The present appeal stems from extraordinary facts that came to light once the 1976 grand jury finished its deliberations. That grand jury returned an indictment in December 1977 against Velsicol and six individuals charging them with making false statements to a government agency, conspiracy to make those statements, and violations of the mail fraud statute. The defendants named in the indictment countered by filing various motions charging numerous instances of grand jury abuse by the prosecutors. After an evidentiary hearing, Judge Leighton found that there had been prosecutorial misconduct before the grand jury and, in an unusual decision,*fn1 ordered dismissal of the indictment. United States v. Gold, 470 F. Supp. 1336 (N.D.Ill.1979). Judge Leighton's opinion in Gold focused on the activities of Bingham Kennedy, an EPA official who served as one of the prosecutors before the 1976 grand jury while linked to the agency's consideration of the Velsicol matter. In addition to a conflict of interest, Judge Leighton found that Kennedy's misconduct included improper comments on the exercise of constitutional rights, the withholding of exculpatory evidence, the unauthorized disclosure of grand jury material, the destruction of potentially relevant evidence, procedural irregularities, and improper testimony as a witness before the grand jury.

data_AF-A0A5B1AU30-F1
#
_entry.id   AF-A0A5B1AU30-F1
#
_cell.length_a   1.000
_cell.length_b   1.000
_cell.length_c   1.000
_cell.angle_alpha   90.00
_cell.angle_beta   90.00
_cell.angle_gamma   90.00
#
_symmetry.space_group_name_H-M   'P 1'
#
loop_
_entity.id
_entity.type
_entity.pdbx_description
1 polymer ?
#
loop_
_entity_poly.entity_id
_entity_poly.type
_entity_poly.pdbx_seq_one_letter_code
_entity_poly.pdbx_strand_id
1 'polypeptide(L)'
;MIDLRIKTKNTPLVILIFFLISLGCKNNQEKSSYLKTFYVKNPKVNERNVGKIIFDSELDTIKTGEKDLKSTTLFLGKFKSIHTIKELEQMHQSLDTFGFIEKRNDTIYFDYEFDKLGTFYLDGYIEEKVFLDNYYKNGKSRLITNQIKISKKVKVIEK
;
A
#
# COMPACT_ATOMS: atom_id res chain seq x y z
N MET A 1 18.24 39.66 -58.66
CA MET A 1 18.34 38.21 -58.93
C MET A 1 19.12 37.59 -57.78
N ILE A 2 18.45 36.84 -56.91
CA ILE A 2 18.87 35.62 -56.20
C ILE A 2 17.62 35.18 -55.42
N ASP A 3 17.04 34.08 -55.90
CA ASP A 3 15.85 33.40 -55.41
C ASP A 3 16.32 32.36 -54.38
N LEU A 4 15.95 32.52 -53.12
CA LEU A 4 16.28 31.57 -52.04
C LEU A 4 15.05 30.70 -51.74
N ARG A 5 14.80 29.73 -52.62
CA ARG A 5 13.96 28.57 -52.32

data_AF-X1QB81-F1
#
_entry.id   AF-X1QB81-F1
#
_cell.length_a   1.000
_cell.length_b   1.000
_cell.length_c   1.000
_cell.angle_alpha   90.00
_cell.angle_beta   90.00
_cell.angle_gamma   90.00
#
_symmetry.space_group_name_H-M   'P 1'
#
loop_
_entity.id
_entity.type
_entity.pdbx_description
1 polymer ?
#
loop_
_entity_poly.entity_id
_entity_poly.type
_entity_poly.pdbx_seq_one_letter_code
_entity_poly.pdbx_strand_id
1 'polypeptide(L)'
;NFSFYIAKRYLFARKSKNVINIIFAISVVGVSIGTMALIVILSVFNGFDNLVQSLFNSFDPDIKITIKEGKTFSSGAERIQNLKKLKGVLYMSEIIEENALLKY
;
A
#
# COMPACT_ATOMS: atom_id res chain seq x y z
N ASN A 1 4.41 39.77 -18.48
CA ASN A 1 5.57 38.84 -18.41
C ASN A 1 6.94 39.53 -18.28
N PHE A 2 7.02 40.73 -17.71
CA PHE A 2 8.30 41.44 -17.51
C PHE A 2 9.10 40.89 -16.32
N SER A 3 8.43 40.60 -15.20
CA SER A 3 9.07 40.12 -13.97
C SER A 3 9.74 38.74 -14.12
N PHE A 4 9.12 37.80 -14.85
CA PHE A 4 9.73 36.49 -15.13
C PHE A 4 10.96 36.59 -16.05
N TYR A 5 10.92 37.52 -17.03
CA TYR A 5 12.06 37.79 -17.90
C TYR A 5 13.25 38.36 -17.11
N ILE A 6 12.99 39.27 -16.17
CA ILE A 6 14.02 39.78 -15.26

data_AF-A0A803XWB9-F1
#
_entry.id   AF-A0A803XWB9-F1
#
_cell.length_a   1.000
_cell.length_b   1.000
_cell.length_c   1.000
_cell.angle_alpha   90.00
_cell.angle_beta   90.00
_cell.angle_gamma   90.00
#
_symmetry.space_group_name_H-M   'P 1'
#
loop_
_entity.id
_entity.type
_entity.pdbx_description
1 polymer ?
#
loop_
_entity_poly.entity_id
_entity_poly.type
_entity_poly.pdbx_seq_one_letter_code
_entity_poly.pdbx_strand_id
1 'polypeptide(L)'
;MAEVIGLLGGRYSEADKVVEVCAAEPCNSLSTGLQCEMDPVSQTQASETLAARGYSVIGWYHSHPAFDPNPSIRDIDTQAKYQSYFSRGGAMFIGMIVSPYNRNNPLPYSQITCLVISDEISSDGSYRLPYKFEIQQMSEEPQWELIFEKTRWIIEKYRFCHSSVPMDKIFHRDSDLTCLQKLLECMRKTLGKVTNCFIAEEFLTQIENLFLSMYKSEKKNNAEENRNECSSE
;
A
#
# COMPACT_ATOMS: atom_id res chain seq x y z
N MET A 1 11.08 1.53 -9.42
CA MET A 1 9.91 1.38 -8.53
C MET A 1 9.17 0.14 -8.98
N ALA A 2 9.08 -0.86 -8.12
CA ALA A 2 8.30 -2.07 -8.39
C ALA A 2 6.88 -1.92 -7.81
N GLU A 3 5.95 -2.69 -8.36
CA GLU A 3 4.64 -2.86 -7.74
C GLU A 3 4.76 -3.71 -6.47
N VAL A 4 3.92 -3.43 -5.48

A week after the dismissal, the Government filed a motion seeking clarification whether the dismissal of the indictment was with or without prejudice. This motion prompted the defendants to request a ruling that the dismissal was with prejudice, arguing that such a ruling would deter future governmental misconduct and serve to acknowledge the "irremediable injury" caused defendants by the passage of time and such acts of misconduct as the destruction of evidence. On July 20, 1979, Judge Leighton held that the prior dismissal needed no further clarification. He explained that he chose not to rule further on the dismissal because the decision whether to present the case to another grand jury properly belonged to the Department of Justice. The Government thereafter appealed the Gold decision, but later elected to seek a voluntary dismissal of that appeal.*fn2 On September 18, 1979, it notified defendants of its decision to re-present the evidence to a new grand jury.
On September 28, 1979, Velsicol filed a motion again requesting Judge Leighton to dismiss the original indictment with prejudice. After entertaining argument on the question, Judge Leighton denied this motion on October 24, 1979, reiterating his view that the judiciary should not interfere with "the discretion vested in the executive branch of the government whether to prosecute, not prosecute, or to abandon a prosecution already started" (Supp. App. Item 3, p. 3). Because this ruling also repeated a statement by the Government that Bingham Kennedy "is no longer assigned to this investigation," the Government wrote to Judge Leighton on October 31 to report that Kennedy had in fact traveled to Chicago twice in October to explain to the current prosecutors the organization and contents of the files assembled in the "Velsicol Room" of the United States Attorney's office during the previous investigation. In an early November response to the Government's letter, appellants again requested dismissal with prejudice, this time citing the lack of candor on the part of the Government regarding Kennedy's role. Judge Leighton took no action in response to these communications.